- Communications. An established framework for carrying out an audit helps prevent misunderstandings between the client and auditor. Audit plans clearly communicate how the audit will be done, who the auditors are and when the audit will occur.
- Trust. Audit processes that are clearly stated and accounted for help the client trust the auditor will do the job correctly.
- Evidence. Audit plans help auditors obtain evidence for their findings.
- Efficiency. Plans help teams carry out work efficiently and mitigate potential problems.
Disadvantages of an audit program
Audit plans also have disadvantages and challenges.
- Generality. Some clients may have special needs that a preformatted audit strategy ignores or doesn't fully address. Revising the plan takes time and might undermine the client's trust in the auditor.
- Update. Strategies and standards that underlie an audit plan can go out of date and require the plan to be updated. For example, if the PCI Security Standards Council, or PCI SSC, changes PCI DSS compliance requirements, then audit plans surrounding the PCI DSS must be updated to encompass the changes.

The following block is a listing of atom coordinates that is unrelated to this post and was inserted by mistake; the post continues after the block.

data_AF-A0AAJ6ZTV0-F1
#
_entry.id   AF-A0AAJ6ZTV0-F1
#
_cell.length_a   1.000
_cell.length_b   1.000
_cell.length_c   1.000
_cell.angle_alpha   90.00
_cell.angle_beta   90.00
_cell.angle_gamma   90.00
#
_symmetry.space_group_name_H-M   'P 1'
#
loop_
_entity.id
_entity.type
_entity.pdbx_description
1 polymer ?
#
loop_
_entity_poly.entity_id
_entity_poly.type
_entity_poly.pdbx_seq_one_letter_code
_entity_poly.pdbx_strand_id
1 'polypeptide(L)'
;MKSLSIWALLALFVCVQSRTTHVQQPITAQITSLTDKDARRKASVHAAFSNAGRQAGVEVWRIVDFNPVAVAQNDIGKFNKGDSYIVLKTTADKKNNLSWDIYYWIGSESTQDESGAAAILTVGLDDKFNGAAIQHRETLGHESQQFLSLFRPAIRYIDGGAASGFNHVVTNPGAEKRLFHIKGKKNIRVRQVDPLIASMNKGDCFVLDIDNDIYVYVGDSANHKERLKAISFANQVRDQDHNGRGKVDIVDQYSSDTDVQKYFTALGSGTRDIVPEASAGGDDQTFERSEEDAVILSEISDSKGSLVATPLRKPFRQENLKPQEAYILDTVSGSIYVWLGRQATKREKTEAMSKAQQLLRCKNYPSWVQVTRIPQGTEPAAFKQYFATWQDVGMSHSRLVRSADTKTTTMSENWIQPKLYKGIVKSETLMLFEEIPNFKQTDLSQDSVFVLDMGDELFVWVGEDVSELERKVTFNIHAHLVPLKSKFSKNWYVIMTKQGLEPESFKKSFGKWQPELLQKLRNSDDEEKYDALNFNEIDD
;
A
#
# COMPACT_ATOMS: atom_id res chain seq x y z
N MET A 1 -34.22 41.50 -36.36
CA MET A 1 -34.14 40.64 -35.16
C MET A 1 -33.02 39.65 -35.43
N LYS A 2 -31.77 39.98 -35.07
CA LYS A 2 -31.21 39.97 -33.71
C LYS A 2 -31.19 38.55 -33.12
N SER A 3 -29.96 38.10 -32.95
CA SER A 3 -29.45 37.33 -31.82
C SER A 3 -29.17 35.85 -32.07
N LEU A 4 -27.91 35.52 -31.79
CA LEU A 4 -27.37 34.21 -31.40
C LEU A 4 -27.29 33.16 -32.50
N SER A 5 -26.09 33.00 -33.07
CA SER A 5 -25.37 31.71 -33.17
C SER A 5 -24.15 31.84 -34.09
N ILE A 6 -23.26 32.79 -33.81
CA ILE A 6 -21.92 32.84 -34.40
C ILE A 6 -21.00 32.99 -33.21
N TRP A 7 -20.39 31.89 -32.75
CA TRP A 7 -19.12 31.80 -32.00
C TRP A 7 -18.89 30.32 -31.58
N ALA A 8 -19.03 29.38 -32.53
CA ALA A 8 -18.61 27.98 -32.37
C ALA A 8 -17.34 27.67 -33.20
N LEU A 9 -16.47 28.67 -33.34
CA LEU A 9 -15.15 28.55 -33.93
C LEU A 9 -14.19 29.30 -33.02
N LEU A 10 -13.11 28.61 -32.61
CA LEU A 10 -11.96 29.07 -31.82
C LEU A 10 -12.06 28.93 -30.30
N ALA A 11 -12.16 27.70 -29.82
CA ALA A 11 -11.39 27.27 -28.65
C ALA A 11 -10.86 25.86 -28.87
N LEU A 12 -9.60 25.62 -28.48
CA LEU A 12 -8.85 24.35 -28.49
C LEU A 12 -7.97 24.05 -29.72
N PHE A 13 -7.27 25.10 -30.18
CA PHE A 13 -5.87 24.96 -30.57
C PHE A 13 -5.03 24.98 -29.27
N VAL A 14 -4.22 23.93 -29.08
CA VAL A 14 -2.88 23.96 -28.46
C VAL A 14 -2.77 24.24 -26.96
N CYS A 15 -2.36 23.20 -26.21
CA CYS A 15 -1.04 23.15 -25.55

- Rigidity. A plan sets goals and agreed-upon procedures for what the audit staff must accomplish. Audit staff may not be compelled to go beyond the requirements laid out in the plan or use procedures that don't apply to the plan's goals. They might also be discouraged from using creative or critical thinking when following the automated procedures in the plan.
IT general controls audits are a good place for organizations to start looking to take a broad survey of their IT capabilities. Explore this ITGC audit template and downloadable checklist to help assess various risks to IT operations and company infrastructure.